The answer to the title question is “No.” The first section argues, using the example of Huckleberry Finn, that rational agents need not be motivated by their explicit judgments of rightness and wrongness. Section II rejects a plausible argument to the conclusion that rational agents must have some moral concerns. The third section clarifies the relevant concept of irrationality and argues that moral incoherence does not equate with this common relevant concept. Section IV questions a rational requirement (...)
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  16. Does Being Rational Require Being Ideally Rational? ‘Rational’ as a Relative and an Absolute Term.Robert Weston Siscoe - 2021 - Philosophical Topics 49 (2):245-265.
    A number of formal epistemologists have argued that perfect rationality requires probabilistic coherence, a requirement that they often claim applies only to ideal agents. However, in “Rationality as an Absolute Concept,” Roy Sorensen contends that ‘rational’ is an absolute term. Just as Peter Unger argued that being flat requires that a surface be completely free of bumps and blemishes, Sorensen claims that being rational requires being perfectly rational. When we combine these two views, though, they lead to (...)
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  17. Reasons and Rational Requirements.Bernard Gert - 2005 - Jahrbuch für Recht Und Ethik 13:87-102.
  18. The Property of Rationality: A Guide to What Rationality Requires?Julian Fink - 2018 - Philosophical Studies 175 (1):117-140.
    Can we employ the property of rationality in establishing what rationality requires? According to a central and formal thesis of John Broome’s work on rational requirements, the answer is ‘no’ – at least if we expect a precise answer. In particular, Broome argues that (i) the property of full rationality (i.e. whether or not you are fully rational) is independent of whether we formulate conditional requirements of rationality as having a wide or a narrow logical scope. (...)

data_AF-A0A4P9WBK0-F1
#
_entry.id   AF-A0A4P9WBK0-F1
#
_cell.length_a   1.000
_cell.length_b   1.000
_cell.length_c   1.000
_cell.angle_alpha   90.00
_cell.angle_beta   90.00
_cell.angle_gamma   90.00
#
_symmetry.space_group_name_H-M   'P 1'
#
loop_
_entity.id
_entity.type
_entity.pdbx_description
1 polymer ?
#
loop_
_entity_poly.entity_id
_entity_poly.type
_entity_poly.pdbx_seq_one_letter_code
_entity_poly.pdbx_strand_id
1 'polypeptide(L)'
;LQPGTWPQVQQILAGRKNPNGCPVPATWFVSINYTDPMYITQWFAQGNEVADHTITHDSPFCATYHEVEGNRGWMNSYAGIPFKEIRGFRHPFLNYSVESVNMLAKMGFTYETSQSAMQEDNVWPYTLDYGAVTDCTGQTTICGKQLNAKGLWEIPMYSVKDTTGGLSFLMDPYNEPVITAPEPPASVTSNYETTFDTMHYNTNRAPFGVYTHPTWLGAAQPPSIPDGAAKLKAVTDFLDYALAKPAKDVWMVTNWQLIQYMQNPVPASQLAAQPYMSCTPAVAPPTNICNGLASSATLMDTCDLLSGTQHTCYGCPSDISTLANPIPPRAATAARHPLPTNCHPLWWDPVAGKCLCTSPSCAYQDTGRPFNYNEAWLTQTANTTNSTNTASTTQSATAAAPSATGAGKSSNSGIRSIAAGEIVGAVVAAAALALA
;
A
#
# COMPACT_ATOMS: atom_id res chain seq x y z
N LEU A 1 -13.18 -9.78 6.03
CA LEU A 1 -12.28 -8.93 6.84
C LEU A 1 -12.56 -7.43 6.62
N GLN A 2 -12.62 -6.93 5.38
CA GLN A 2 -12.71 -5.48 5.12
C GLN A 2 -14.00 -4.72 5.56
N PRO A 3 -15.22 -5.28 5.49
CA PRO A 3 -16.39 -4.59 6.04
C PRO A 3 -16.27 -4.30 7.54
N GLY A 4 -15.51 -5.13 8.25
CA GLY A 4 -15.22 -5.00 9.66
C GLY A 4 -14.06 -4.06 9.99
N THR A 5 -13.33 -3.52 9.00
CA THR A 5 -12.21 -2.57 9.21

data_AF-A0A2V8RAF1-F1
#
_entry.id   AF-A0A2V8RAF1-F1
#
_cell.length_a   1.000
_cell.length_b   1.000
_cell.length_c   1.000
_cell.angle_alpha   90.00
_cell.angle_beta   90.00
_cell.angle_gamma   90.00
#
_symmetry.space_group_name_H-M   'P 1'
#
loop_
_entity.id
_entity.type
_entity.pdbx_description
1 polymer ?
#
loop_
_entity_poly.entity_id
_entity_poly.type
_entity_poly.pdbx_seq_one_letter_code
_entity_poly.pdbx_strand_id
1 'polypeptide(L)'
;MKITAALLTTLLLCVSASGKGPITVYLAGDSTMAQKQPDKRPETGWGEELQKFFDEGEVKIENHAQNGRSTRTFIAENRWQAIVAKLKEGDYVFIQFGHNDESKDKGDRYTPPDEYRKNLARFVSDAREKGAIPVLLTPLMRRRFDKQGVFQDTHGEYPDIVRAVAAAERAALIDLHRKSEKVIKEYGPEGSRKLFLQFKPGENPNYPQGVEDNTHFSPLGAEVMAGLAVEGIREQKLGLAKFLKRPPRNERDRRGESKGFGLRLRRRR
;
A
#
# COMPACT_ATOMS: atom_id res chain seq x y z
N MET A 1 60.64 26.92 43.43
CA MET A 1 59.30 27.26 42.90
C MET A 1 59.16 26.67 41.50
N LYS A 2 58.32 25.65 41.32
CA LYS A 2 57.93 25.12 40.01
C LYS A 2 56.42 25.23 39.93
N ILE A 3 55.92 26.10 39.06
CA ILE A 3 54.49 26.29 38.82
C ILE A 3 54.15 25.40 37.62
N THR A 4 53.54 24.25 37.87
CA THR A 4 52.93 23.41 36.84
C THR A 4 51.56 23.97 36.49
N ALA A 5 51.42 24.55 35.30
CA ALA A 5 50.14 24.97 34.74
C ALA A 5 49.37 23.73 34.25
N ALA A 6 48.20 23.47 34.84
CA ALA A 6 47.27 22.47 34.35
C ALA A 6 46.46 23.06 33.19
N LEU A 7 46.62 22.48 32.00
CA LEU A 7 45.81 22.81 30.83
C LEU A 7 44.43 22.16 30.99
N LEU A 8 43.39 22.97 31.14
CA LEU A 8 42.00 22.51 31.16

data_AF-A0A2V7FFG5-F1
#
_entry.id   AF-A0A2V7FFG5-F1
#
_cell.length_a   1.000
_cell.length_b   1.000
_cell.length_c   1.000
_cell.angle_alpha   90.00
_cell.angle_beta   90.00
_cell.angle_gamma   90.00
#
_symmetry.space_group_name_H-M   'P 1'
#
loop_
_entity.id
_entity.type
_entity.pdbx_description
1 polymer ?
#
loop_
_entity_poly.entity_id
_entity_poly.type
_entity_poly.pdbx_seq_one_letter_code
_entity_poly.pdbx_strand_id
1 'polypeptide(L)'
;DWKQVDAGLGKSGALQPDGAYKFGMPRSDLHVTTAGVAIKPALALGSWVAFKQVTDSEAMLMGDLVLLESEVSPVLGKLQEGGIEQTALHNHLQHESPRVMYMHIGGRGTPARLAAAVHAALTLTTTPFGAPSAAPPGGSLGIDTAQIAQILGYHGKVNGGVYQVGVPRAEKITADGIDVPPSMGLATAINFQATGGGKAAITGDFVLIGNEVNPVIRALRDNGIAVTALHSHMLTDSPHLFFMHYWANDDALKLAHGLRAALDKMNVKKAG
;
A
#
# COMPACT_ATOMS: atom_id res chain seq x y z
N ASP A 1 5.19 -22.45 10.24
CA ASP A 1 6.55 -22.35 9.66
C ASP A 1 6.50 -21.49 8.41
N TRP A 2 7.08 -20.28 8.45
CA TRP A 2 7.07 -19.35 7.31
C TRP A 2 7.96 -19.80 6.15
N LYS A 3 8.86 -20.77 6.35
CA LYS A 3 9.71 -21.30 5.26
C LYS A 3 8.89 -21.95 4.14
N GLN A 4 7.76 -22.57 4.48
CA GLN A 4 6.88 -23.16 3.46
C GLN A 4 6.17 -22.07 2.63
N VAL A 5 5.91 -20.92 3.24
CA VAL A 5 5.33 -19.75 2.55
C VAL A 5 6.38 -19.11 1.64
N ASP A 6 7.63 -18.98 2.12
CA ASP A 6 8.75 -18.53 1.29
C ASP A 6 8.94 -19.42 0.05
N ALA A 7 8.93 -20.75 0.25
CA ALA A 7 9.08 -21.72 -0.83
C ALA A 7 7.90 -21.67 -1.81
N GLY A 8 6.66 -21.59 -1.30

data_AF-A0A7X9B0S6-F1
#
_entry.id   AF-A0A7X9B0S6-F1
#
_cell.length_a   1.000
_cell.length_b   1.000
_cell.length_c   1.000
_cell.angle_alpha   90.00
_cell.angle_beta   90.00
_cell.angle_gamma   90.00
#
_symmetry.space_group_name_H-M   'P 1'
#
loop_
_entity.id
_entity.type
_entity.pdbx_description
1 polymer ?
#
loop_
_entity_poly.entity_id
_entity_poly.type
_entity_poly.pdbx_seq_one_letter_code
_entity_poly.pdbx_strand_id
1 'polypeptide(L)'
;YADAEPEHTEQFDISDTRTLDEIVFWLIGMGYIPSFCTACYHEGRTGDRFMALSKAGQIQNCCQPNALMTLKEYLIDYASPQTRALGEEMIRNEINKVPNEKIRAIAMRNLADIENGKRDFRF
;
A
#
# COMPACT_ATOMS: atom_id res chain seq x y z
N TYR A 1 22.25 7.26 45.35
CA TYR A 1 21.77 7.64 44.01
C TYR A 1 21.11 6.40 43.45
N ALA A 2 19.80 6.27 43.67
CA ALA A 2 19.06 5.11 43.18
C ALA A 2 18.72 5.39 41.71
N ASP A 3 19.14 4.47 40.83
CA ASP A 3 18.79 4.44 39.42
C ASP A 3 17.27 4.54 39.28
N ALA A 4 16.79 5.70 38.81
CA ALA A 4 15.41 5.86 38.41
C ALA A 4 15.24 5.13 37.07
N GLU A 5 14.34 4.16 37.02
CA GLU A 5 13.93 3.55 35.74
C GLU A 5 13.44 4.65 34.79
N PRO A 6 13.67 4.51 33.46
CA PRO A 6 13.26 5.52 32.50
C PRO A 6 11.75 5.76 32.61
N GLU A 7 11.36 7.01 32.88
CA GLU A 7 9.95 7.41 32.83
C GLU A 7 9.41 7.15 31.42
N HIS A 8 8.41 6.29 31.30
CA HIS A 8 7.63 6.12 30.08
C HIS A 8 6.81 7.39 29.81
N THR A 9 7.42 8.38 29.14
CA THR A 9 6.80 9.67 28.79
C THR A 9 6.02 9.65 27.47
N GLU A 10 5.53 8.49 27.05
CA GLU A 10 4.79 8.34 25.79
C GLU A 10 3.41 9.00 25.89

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  19.  34
    Morality as a Rational Requirement.Julian Baggini - 2002 - Philosophy 77 (3):447-453.
    John Searle has recently produced an argument for strong altruism which rests on the recognition that ‘I believe my need for help is a reason for you to help me’. The argument fails to recognize the difference between ‘a reason for me for you to help me’ and ‘a reason for you for you to help me.’ These are two logically distinct types of reason and the existence of one can never therefore be enough to establish the existence of the (...)
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  20.  42
    Have We Reason to Do as Rationality Requires? - a Comment on Raz.John Broome - 2005 - Journal of Ethics and Social Philosophy 1 (Symposium):1-10.
  21.  26
    Is Faith in the Ultimate Rationally Required? Taking Issue with Some Arguments in The Will to Imagine.Wes Morriston - 2013 - Religious Studies 49 (2):209-220.
    According to J. L. Schellenberg, sceptical faith in the Ultimate is not merely permitted, but is rationally required. It is, all things considered, the response that we should make. In this article, I assess just three of Schellenberg's arguments for this bold conclusion. I explain why I find each of them unpersuasive.
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  22.  5
    Normative Lessons for the Scope Debate of Rational Requirements.Julian Fink - 2016 - Balkan Journal of Philosophy 8 (2):99-106.
    A significant part of the debate concerning the nature of rational requirements centers on disambiguating ordinary articulations of conditional requirements of rationality. Particular focus has been put on the question of whether conditional requirements of rationality take a wide or a narrow logical scope. However, this paper shows that this focus is misguided and harmful to the debate. I argue that concentrating on syntactic scope renders us more likely to arrive at incorrect formulations of rational (...)
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  23. Moral Requirements Are Still Not Rational Requirements.Paul Noordhof - 1999 - Analysis 59 (3):127-136.
    Moral requirements apply to rational agents as such. But it is a conceptual truth that if agents are morally required to act in a certain way then we expect them to act in that way. Being rational, as such, must therefore suffice to ground our expectation that rational agents will do what they are morally required to do. But how could this be so? It could only be so if we think of the moral requirements (...)